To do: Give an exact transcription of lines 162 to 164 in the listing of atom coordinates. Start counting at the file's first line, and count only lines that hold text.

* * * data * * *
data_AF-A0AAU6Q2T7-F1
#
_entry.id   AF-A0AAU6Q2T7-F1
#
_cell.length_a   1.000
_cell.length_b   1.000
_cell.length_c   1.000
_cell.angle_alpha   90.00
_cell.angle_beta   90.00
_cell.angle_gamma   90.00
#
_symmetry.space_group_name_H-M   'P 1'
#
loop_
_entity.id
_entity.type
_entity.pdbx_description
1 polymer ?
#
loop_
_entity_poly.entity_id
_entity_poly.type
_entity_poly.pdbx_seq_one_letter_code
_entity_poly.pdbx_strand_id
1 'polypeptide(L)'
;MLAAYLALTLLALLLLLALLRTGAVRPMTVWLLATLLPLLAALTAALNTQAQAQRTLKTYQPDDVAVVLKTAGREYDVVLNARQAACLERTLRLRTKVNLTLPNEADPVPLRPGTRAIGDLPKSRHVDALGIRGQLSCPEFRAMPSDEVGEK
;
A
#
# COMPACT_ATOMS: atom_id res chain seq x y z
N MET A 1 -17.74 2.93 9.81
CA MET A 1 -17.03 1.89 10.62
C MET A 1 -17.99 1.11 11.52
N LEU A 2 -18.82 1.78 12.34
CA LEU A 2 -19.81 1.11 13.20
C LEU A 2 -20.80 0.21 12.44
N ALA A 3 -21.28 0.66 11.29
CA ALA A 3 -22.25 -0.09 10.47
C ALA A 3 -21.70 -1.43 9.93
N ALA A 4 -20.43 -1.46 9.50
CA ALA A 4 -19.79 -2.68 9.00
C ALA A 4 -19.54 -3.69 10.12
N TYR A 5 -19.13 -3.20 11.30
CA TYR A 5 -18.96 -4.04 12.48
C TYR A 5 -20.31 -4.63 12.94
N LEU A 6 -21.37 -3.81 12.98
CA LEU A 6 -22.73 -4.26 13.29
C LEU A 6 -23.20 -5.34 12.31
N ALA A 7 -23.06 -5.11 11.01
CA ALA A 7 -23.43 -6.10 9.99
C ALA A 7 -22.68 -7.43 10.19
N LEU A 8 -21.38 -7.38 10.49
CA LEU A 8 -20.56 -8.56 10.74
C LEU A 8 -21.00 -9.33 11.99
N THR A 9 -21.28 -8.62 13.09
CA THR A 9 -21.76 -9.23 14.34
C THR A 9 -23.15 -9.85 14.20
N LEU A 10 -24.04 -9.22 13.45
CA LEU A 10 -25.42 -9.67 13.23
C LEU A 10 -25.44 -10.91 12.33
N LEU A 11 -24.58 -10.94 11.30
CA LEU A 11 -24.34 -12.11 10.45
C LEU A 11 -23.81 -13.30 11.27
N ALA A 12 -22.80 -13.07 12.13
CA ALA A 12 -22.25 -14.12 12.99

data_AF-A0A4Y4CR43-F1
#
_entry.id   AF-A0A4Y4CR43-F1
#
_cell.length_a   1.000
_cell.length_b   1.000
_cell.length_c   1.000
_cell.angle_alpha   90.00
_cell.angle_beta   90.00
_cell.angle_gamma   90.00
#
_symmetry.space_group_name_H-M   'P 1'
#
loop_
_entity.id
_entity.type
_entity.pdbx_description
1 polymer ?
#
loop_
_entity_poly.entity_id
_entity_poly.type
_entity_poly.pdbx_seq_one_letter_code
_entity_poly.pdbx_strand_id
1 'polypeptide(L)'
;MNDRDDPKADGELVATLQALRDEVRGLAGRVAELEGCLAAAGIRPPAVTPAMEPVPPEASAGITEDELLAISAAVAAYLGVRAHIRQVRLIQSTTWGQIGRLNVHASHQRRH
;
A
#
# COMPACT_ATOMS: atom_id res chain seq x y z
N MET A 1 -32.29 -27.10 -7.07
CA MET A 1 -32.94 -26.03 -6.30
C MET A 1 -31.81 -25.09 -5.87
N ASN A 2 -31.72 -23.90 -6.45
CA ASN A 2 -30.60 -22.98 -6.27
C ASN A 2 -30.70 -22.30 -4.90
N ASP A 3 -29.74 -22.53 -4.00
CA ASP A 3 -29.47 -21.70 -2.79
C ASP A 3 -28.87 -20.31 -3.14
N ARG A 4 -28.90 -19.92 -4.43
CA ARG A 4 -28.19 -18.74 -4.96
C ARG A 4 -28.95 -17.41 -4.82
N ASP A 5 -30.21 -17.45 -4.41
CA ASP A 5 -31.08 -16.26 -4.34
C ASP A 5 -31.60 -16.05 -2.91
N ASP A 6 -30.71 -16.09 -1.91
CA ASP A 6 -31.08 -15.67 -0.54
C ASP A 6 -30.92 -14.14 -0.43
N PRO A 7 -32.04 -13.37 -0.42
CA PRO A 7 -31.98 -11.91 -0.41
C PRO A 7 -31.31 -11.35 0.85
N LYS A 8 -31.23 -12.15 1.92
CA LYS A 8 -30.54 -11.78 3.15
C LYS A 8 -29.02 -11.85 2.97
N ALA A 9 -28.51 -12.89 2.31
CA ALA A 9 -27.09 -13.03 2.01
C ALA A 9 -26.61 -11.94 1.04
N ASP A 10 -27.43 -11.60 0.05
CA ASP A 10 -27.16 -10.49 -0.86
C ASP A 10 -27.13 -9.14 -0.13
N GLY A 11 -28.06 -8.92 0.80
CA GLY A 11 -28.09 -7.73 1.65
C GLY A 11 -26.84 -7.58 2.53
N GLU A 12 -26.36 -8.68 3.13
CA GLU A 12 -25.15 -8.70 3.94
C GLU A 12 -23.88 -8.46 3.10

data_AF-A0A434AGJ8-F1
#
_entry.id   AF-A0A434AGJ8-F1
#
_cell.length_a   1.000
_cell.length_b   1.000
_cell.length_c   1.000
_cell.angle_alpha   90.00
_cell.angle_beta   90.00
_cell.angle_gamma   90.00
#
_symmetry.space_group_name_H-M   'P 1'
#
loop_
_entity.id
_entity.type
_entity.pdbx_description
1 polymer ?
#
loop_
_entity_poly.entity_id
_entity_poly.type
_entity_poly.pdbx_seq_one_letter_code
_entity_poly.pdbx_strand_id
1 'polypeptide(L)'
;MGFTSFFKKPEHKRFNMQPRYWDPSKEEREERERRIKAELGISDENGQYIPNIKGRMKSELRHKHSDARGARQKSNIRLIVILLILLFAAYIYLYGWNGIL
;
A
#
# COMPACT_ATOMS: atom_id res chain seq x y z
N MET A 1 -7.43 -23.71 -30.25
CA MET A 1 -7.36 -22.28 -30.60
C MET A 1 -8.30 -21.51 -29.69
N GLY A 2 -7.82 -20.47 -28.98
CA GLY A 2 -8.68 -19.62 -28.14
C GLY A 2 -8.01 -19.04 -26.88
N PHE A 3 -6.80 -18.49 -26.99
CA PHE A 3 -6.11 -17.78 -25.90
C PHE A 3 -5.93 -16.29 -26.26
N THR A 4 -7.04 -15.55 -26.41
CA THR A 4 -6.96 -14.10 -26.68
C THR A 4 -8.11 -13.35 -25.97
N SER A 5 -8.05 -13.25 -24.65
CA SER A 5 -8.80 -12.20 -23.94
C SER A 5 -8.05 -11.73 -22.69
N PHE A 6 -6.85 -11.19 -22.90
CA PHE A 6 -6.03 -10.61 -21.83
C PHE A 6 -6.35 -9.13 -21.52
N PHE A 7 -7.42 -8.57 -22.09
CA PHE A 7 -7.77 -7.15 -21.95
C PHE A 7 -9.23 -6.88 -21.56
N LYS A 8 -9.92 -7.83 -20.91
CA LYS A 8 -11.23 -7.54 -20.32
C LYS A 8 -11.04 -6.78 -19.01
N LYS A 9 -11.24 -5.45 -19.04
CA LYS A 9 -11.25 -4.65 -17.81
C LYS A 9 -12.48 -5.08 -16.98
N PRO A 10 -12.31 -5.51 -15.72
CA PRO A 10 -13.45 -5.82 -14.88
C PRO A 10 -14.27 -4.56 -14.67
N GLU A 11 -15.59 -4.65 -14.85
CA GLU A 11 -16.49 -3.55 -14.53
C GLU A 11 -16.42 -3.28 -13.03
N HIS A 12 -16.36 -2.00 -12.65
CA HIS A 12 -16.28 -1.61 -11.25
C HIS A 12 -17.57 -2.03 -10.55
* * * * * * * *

N MET A 1 -7.43 -23.71 -30.25
CA MET A 1 -7.36 -22.28 -30.60
C MET A 1 -8.30 -21.51 -29.69